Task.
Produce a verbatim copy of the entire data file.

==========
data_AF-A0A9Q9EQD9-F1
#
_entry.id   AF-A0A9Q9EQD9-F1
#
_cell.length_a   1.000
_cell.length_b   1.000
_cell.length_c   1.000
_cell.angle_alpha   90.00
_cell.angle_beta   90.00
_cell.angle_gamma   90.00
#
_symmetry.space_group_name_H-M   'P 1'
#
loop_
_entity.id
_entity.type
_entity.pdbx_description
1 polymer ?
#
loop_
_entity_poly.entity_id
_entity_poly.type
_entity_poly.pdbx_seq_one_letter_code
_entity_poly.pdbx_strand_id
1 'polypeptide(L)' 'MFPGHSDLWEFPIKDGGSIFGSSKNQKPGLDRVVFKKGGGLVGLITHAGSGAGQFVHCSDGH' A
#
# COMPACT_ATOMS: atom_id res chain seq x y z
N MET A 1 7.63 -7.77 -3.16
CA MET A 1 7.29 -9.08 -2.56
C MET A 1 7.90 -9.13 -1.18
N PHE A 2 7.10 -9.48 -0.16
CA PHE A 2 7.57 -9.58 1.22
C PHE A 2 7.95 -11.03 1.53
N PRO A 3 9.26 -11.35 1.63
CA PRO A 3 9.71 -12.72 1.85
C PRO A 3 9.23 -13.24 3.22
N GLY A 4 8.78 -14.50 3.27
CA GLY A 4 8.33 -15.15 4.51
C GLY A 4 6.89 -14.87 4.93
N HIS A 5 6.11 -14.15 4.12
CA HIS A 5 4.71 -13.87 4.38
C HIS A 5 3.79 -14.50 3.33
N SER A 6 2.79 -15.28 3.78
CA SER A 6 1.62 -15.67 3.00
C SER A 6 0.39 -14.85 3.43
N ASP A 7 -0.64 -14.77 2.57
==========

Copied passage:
data_AF-A0A9Q9EQD9-F1
#
_entry.id   AF-A0A9Q9EQD9-F1
#
_cell.length_a   1.000
_cell.length_b   1.000
_cell.length_c   1.000
_cell.angle_alpha   90.00
_cell.angle_beta   90.00
_cell.angle_gamma   90.00
#
_symmetry.space_group_name_H-M   'P 1'
#
loop_
_entity.id
_entity.type
_entity.pdbx_description
1 polymer ?
#
loop_
_entity_poly.entity_id
_entity_poly.type
_entity_poly.pdbx_seq_one_letter_code
_entity_poly.pdbx_strand_id
1 'polypeptide(L)' 'MFPGHSDLWEFPIKDGGSIFGSSKNQKPGLDRVVFKKGGGLVGLITHAGSGAGQFVHCSDGH' A
#
# COMPACT_ATOMS: atom_id res chain seq x y z
N MET A 1 7.63 -7.77 -3.16
CA MET A 1 7.29 -9.08 -2.56
C MET A 1 7.90 -9.13 -1.18
N PHE A 2 7.10 -9.48 -0.16
CA PHE A 2 7.57 -9.58 1.22
C PHE A 2 7.95 -11.03 1.53
N PRO A 3 9.26 -11.35 1.63
CA PRO A 3 9.71 -12.72 1.85
C PRO A 3 9.23 -13.24 3.22
N GLY A 4 8.78 -14.50 3.27
CA GLY A 4 8.33 -15.15 4.51
C GLY A 4 6.89 -14.87 4.93
N HIS A 5 6.11 -14.15 4.12
CA HIS A 5 4.71 -13.87 4.38
C HIS A 5 3.79 -14.50 3.33
N SER A 6 2.79 -15.28 3.78
CA SER A 6 1.62 -15.67 3.00
C SER A 6 0.39 -14.85 3.43
N ASP A 7 -0.64 -14.77 2.57